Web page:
In view of the teaching presented herein, other modifications and variations of the present inventions will be readily apparent to those of skill in the art. The foregoing drawings, discussion, and description are illustrative of some embodiments of the present invention, but are not meant to be limitations on the practice thereof. It is the following claims, including all equivalents, which define the scope of the invention.
Any patents or publications mentioned in this specification are indicative of the levels of those skilled in the art to which the invention pertains. These patents and publications are herein incorporated by reference to the same extent as if each individual publication was specifically and individually indicated to be incorporated by reference.
One skilled in the art will readily appreciate that the present invention is well adapted to carry out the objects and obtain the ends and advantages mentioned, as well as those inherent therein. The present examples along with the methods, procedures, treatments, molecules, and specific compounds described herein are presently representative of preferred embodiments, are exemplary, and are not intended as limitations on the scope of the invention. Changes therein and other uses will occur to those skilled in the art which are encompassed within the spirit of the invention as defined by the scope of the claims.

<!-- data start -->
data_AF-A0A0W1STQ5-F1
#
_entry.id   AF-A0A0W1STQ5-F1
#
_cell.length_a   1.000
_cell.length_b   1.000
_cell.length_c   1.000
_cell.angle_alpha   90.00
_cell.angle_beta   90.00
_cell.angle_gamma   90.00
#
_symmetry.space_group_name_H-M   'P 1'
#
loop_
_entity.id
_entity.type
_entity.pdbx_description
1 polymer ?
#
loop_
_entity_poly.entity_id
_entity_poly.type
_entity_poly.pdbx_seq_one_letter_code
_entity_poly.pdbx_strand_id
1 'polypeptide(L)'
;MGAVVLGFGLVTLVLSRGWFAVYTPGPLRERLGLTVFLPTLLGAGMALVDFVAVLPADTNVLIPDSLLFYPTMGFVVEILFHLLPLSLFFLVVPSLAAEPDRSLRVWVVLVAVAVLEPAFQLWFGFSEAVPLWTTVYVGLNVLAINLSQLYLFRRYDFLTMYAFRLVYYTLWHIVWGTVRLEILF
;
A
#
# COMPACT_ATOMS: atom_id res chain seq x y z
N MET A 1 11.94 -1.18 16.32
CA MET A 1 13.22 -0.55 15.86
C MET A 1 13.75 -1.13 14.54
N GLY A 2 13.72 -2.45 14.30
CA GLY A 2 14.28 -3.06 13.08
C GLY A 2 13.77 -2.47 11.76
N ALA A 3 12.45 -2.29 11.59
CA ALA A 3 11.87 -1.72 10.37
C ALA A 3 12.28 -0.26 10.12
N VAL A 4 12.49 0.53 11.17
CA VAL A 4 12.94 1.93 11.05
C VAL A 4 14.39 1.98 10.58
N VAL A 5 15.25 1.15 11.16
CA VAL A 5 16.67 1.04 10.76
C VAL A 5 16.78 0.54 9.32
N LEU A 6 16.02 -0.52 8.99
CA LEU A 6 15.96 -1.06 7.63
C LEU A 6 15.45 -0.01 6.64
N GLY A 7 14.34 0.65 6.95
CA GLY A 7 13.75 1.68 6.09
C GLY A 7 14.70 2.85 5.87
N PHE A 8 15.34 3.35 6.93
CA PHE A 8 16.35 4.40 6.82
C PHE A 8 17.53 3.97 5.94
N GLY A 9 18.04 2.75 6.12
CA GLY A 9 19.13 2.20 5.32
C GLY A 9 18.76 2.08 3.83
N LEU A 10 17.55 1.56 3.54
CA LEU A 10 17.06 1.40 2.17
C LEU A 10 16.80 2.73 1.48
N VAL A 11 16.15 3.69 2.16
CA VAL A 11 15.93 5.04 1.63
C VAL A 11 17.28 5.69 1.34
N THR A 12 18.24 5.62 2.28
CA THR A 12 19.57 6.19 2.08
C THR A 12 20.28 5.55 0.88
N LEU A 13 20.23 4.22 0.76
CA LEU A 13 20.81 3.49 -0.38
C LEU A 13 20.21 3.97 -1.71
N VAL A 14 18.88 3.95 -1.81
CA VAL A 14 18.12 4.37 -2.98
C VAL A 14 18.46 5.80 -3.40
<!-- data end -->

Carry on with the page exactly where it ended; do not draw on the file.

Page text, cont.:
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|U.S. Classification||128/897, 119/452|
|Jan 24, 2005||AS||Assignment|
Owner name: THE UAB RESEARCH FOUNDATION, ALABAMA